I think I’m really into this dynamic because I’m both the author and illustrator, so I can write and draw the story at the same (not exactly at the same time!) and it’s almost as if you’re balancing two separate stories.

You are also the illustrator of the book. Did the illustrations come first or did the idea for the story drive the creation of the characters?

I like to have the characters first, usually. I’m trying some new ways of working at the moment, but for these three books, I started with the characters visually, and then started to write about what might be happening to them, how their personalities might affect their decisions and reactions to things. Then it kind of goes back and forth between writing and drawing after that.

The contrasting colors of the illustrations help young readers understand what is really going on with Giant Owl and Mouse. Was that intentional?

Thanks! Yes, I think colour communicates so much, and when you use it in support of the text or contrasting with it, it can be really powerful. It’s another tool to play with when you’re thinking about the look and story.

What is the best part about being a children’s author? Who were your favorite authors as a child?

The best part of my job is hearing about the meaning that is built up around the books. I love hearing that parents do funny voices for the characters, or that kids have come up with their own nicknames for characters. Picture books are so special in that they foster a really strong relationship with their readers, and at such a pivotal time in their lives, and it really is an honour to be involved in that in some way.

I also love spending time with the books before they are finished, drinking a coffee and daydreaming about the characters when there are still unknowns about how the book will end. It’s really a special process and I love it.

My favourite authors when I was younger were quite surreal and fantastical. I loved reading Spike Milligan and Roald Dahl. There’s a Fraggle Rock picture book called ‘No-one Knows Where Gobo Goes’ that I was obsessed with.

When you look around at the current state of kids and reading, what are the biggest challenges for parents or opportunities to address?

I think tech and screen time is a big one. I’m not anti screens, and think there are huge opportunities for meaningful storytelling there. I’m excited about new ways of telling stories in interactive ways with phones and computers, but there’s also something that is lost when you move away from books. There’s a tactile element that later comes back to you as nostalgia when you find the books you had a kid. There’s something magical about that, I think, and it’s tied to the physical object as a book, which is important.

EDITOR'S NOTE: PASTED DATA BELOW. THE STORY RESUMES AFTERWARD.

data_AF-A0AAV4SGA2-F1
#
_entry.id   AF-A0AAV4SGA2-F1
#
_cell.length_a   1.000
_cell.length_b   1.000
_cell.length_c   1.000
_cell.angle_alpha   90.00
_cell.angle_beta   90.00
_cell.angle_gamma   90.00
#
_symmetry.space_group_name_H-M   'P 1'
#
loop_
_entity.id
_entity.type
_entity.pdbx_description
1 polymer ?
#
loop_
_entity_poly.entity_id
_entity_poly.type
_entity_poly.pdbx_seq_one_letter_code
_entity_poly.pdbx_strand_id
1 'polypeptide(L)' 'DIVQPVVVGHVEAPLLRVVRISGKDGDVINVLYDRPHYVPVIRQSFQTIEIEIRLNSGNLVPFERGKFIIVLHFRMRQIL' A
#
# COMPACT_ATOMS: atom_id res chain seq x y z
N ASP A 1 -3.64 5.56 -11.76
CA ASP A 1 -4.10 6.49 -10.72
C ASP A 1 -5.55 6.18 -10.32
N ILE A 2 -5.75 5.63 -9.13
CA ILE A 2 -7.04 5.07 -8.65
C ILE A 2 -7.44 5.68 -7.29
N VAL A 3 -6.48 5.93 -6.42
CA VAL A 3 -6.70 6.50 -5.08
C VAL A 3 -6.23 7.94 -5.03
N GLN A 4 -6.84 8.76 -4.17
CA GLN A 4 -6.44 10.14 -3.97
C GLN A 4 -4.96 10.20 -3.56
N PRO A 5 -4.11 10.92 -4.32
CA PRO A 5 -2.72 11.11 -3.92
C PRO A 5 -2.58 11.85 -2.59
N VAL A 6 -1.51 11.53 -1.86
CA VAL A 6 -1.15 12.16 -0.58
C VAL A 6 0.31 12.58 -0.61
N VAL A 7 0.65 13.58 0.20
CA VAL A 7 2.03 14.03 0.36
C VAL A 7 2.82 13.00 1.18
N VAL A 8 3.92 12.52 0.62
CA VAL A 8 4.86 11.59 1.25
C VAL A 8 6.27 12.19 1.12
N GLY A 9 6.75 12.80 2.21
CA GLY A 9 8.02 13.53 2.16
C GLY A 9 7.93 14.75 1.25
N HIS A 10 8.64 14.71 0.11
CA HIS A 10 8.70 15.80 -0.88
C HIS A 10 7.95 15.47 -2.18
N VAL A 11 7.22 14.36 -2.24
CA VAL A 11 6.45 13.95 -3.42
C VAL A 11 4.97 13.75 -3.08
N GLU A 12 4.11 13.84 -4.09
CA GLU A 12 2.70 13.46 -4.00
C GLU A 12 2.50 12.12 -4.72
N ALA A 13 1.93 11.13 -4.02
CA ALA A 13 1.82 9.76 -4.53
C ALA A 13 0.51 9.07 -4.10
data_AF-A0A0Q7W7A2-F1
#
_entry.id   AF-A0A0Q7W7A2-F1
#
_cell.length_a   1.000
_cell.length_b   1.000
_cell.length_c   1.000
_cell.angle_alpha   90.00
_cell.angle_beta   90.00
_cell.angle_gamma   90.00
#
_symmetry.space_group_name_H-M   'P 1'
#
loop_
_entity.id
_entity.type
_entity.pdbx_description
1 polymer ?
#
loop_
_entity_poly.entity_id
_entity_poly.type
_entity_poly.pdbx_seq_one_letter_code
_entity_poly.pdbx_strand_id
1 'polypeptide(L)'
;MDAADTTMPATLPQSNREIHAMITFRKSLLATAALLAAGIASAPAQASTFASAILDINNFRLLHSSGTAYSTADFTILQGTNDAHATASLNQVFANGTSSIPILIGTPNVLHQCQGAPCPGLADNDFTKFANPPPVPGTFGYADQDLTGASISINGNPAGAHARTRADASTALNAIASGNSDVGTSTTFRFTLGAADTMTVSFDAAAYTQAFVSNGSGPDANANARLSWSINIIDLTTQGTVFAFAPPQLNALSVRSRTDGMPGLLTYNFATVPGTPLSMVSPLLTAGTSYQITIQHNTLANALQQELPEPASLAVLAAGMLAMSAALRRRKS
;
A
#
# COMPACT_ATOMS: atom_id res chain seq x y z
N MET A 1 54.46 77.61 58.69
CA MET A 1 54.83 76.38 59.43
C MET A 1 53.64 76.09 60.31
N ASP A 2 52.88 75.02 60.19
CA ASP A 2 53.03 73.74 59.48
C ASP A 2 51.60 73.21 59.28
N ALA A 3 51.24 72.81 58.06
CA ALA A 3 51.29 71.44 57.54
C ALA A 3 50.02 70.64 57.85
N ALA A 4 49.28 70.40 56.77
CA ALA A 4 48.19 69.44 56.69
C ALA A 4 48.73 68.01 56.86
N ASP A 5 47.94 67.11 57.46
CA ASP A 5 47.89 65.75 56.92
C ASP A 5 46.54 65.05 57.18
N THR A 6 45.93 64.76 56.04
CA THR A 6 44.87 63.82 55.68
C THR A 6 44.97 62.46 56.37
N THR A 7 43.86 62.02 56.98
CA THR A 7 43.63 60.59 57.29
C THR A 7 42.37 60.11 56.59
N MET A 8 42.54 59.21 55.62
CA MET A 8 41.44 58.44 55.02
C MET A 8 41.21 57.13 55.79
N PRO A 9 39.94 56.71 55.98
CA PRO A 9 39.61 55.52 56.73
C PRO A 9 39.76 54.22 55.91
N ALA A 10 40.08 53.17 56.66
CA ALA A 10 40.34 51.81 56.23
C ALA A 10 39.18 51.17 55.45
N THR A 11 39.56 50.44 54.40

You’re also engaging with family relationships with books in a way that you’re not with tech, which is much more a solo experience. Reading with family is a bonding experience that I think is important not to lose. So tech is a challenge and an opportunity, I think, and we’re all still figuring it out.

Any chance you are working on another children’s book we can look forward to reading?

I’m working on a non-fiction book at the moment about the Moon, which I’m writing and illustrating. I’m really excited by non fiction books told in interesting ways right now, especially books that help us see nature as dynamic and full of life, not just something passive that we observe. That’s my personal mission at the moment, anyway! But I’m also starting the ball rolling on a new picture book in the style of My Best Friend, but it’s early days, and I’m not totally sure where it’s heading! I’m trying to do something positive and kind, but still walk that line of dark and humorous, which is proving a challenge!

We look forward to seeing Rob’s next non-fiction work about the moon, as well as the possibility of another fictional work in the style of “My Best Friend.” Thanks to Rob for spending time with us talking about his writing and illustrating. You can learn more about Rob Hodgson on his website here.